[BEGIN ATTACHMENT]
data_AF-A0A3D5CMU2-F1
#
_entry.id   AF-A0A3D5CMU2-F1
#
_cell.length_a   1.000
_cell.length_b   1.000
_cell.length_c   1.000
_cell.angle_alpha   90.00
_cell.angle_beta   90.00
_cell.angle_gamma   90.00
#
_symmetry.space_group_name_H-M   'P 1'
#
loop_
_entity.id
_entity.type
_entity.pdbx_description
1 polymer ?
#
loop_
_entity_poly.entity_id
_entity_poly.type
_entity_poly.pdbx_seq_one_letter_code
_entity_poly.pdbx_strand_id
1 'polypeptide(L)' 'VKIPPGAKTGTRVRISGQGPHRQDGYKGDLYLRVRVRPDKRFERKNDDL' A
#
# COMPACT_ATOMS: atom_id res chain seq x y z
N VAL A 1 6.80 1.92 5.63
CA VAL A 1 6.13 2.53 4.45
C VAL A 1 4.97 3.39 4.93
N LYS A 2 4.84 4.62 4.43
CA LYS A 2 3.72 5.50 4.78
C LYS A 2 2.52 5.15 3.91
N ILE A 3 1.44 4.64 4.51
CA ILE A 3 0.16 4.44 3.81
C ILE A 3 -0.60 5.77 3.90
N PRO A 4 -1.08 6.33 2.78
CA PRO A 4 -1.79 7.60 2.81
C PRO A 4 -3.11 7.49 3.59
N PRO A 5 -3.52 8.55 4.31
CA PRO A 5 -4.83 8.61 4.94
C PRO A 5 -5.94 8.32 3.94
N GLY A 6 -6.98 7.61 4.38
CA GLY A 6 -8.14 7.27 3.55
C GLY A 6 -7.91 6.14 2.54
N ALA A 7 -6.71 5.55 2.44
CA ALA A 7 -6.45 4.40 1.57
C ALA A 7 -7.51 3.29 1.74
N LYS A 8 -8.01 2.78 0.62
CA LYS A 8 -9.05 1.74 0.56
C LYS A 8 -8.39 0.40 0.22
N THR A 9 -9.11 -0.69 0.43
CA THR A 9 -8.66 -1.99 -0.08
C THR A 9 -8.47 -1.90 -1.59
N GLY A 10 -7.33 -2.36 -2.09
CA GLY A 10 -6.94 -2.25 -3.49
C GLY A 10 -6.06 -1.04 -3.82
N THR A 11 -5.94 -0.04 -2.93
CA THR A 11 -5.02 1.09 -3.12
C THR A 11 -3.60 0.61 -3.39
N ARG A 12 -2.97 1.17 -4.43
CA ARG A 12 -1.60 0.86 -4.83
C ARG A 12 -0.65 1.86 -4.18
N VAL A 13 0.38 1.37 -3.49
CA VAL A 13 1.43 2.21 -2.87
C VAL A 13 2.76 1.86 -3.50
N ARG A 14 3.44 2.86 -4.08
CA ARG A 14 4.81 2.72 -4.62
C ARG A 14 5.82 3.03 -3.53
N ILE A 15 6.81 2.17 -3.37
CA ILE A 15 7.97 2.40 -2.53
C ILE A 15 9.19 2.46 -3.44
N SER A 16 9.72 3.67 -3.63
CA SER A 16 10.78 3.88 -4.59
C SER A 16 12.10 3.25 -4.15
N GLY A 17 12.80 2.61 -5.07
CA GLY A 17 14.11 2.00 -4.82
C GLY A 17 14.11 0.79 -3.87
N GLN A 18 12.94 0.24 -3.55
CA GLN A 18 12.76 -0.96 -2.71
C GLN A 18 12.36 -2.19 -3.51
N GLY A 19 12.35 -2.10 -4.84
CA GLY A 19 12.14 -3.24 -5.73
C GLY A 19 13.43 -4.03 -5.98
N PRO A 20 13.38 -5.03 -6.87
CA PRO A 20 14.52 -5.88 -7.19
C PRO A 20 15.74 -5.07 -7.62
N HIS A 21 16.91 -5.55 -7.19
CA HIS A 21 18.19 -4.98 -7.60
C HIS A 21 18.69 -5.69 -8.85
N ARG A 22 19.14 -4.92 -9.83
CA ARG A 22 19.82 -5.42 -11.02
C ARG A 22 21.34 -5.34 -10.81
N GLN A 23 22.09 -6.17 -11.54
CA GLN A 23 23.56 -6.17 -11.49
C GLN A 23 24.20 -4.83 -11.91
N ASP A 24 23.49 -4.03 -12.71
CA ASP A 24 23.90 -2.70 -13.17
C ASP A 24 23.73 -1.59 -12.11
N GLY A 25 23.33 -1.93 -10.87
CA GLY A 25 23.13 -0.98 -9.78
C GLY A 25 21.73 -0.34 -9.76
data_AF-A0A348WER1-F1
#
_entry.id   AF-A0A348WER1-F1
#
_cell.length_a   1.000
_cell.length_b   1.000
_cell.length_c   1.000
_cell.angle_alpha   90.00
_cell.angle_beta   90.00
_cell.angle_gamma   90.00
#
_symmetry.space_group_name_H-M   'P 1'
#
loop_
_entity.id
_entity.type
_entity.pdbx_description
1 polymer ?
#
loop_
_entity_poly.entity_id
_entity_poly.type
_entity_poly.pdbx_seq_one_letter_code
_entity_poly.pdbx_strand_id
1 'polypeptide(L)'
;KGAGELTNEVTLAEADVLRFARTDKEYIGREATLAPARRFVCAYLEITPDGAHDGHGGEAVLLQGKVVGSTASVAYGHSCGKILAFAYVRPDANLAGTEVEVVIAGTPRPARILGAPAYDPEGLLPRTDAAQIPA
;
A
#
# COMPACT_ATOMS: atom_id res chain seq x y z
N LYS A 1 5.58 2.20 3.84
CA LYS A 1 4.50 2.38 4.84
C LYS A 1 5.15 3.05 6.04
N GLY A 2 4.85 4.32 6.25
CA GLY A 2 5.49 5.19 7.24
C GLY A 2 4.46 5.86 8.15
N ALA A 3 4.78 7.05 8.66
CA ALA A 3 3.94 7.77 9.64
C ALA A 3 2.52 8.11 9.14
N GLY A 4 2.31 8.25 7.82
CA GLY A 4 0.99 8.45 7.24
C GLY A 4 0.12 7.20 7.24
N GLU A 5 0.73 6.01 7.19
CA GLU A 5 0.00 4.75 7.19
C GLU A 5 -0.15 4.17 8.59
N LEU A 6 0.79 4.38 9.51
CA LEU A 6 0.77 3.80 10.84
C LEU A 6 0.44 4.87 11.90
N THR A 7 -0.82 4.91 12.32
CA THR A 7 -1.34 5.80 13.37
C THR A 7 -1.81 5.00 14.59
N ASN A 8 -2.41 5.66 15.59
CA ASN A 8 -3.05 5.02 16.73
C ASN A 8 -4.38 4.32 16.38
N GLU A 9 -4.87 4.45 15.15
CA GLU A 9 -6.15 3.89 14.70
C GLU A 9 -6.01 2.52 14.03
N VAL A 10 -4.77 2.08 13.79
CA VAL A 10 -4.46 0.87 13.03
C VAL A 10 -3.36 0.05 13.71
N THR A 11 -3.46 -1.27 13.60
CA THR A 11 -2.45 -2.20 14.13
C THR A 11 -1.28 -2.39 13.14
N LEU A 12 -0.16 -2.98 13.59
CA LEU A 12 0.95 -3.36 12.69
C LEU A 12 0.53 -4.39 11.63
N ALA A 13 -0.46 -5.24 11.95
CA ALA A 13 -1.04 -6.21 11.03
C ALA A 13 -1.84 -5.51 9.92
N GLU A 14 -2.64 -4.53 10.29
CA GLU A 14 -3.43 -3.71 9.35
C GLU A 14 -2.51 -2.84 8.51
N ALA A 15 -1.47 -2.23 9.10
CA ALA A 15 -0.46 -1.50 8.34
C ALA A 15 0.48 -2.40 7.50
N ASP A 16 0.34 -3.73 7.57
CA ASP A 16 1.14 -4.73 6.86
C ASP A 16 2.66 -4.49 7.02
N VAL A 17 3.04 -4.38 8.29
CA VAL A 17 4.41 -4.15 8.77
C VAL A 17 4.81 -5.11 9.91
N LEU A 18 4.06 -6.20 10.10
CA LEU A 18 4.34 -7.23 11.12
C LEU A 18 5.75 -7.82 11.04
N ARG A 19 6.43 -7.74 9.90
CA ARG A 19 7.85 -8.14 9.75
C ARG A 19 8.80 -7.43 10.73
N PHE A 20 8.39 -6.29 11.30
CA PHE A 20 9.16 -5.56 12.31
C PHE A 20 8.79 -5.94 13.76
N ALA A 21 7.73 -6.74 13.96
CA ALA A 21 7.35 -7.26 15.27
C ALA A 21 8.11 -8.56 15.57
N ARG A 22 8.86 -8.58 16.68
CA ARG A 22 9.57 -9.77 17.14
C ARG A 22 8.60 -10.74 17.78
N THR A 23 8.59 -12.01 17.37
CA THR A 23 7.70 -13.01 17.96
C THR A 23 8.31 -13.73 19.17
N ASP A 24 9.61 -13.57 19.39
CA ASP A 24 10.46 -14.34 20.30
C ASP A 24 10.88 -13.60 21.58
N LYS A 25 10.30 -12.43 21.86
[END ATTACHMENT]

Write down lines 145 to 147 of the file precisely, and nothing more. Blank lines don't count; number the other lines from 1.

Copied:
N GLU A 5 0.73 6.01 7.19
CA GLU A 5 0.00 4.75 7.19
C GLU A 5 -0.15 4.17 8.59